Bird feeders are not the only thing attracting bears to your property; they can also leverage their noses and trace the smell of bird seeds to your yard.
If you want to store your reserve seeds, ensure it’s stored in a secure, airtight container. Also, ensure the container is kept indoors in a locked shed or garage that bears can’t enter.
Spice up your birdseed
You can add plenty of red pepper to your bird seeds to discourage bears from eating them. Most birds don’t like hot pepper and won’t eat the seeds if they find out it’s too hot and spicy.
However, they could get used to the spicy taste and continue to eat your bird seeds with time.
This is why you should also sprinkle pepper on the ground or pour ammonia or vinegar around the feeder to chase away sensitive bears.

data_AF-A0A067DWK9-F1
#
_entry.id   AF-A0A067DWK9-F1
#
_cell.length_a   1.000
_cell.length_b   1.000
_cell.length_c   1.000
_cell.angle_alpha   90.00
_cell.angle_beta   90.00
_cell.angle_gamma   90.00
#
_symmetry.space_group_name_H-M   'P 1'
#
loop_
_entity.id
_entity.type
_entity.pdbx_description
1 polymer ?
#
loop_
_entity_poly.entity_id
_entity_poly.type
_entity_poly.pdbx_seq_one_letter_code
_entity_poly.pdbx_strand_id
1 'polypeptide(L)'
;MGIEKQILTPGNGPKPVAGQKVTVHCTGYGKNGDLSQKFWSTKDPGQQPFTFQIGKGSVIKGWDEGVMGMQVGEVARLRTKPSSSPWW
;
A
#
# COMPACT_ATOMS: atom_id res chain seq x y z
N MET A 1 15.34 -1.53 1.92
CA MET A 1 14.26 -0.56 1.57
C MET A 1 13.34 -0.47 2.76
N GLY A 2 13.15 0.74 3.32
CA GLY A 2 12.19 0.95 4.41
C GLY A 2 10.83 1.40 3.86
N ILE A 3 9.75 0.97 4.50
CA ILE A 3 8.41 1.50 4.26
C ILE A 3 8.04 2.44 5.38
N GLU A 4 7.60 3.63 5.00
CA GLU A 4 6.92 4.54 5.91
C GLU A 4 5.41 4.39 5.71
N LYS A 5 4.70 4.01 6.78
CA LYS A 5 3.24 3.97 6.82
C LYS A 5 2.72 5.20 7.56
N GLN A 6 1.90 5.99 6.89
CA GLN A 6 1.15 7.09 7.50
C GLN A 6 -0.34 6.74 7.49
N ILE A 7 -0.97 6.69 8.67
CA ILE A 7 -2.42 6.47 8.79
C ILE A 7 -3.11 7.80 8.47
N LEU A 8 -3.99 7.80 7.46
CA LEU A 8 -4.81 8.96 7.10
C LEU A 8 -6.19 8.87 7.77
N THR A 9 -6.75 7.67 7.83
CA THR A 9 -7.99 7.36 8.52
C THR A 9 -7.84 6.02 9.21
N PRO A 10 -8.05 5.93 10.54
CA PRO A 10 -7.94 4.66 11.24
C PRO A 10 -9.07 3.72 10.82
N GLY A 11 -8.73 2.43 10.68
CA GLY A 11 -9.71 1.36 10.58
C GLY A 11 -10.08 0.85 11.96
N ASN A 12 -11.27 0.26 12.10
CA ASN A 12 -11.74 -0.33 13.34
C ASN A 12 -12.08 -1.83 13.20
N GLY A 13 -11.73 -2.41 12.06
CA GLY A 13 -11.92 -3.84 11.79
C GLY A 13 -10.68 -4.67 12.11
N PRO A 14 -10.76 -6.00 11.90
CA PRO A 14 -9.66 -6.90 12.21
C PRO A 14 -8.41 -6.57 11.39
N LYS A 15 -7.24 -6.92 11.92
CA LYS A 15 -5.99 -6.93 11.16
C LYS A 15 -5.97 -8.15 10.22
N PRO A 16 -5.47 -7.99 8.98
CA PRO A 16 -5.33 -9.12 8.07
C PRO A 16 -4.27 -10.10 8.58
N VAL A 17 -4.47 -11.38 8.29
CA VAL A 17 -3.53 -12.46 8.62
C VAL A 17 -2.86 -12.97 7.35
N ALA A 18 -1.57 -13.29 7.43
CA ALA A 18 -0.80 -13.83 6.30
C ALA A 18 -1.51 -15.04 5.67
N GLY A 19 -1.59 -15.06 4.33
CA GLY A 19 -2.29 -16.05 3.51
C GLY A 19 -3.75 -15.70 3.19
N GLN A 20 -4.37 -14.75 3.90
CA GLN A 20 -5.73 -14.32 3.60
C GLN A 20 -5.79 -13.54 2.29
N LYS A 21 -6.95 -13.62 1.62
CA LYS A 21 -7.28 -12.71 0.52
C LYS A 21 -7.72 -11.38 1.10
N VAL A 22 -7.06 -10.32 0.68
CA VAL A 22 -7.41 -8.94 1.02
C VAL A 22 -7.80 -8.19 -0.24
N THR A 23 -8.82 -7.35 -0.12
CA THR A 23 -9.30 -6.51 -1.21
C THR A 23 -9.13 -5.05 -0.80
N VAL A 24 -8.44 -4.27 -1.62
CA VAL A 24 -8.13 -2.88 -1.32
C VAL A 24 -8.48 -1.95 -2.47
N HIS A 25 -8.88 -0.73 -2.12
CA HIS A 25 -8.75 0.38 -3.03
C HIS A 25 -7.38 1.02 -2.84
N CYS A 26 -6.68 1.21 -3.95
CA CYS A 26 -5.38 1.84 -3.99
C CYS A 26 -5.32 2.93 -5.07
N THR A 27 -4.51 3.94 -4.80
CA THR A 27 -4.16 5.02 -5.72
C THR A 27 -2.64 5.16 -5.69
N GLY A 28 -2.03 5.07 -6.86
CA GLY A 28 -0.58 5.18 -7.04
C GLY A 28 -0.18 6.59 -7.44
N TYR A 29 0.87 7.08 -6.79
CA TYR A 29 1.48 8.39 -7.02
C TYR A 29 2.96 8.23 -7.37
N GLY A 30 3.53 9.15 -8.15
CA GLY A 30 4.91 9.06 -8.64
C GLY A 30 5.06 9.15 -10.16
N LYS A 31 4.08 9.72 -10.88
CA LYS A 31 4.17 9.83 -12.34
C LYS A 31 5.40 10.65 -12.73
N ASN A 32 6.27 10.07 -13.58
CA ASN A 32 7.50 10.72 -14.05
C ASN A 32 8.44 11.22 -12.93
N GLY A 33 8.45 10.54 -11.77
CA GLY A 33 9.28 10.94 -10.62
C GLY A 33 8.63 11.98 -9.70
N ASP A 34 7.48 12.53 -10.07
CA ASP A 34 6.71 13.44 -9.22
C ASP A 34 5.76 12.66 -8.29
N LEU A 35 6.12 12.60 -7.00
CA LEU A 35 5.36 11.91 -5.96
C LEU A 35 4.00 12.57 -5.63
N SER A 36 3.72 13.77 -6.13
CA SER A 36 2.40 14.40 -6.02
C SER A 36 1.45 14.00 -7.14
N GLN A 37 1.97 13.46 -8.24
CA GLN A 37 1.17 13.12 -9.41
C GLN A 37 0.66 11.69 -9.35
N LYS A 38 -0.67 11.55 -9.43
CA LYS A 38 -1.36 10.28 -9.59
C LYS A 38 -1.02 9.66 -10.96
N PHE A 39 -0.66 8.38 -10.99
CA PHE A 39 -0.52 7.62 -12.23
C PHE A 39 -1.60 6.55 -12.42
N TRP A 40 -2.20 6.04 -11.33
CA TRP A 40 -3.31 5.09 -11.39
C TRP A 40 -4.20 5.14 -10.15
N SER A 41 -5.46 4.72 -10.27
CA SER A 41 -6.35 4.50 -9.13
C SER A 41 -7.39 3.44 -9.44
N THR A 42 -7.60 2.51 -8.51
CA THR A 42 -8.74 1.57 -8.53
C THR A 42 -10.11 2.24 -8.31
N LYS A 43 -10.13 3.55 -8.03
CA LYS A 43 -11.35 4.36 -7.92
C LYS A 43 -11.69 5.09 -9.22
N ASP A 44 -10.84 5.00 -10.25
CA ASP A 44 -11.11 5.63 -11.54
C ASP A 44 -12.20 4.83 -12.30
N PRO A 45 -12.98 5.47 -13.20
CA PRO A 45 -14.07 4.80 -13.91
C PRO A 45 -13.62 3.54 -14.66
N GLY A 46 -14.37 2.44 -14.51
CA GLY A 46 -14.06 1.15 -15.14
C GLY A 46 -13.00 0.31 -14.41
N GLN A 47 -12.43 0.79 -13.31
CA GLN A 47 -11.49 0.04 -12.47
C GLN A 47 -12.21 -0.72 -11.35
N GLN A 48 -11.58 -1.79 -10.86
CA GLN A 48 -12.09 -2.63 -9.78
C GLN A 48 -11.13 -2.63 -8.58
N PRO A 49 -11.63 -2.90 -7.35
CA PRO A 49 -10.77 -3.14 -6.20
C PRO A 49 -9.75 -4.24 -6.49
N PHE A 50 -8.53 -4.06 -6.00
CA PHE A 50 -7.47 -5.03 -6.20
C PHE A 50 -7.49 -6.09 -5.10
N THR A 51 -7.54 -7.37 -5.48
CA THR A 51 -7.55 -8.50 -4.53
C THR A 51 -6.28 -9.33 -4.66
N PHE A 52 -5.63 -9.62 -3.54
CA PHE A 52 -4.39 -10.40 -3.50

Install motion-sensor lights close to your bird feeders so that once any bear gets close, its movement will trigger the lights and scare the bears.
Once the bright light suddenly comes on, it will disrupt the flow and vision of the bear, thereby pushing them to run and hide in the nearest dark corner where they feel safe.
Keep your fences in good repair
If you have a fence in your compound, ensure it is bear-resistant. A strong metal fence of at least 6ft tall is the recommended size if you want to prevent bears from getting on your property.
Also, ensure to close your gates at all times.
The Bottom Line
Once you apply the above methods of how to keep bears away from bird feeders, you’ll definitely prevent bears from getting on your property.
Don’t forget that the harder it is to have access to the feeder, the higher the possibility of the bears leaving your property and never coming back.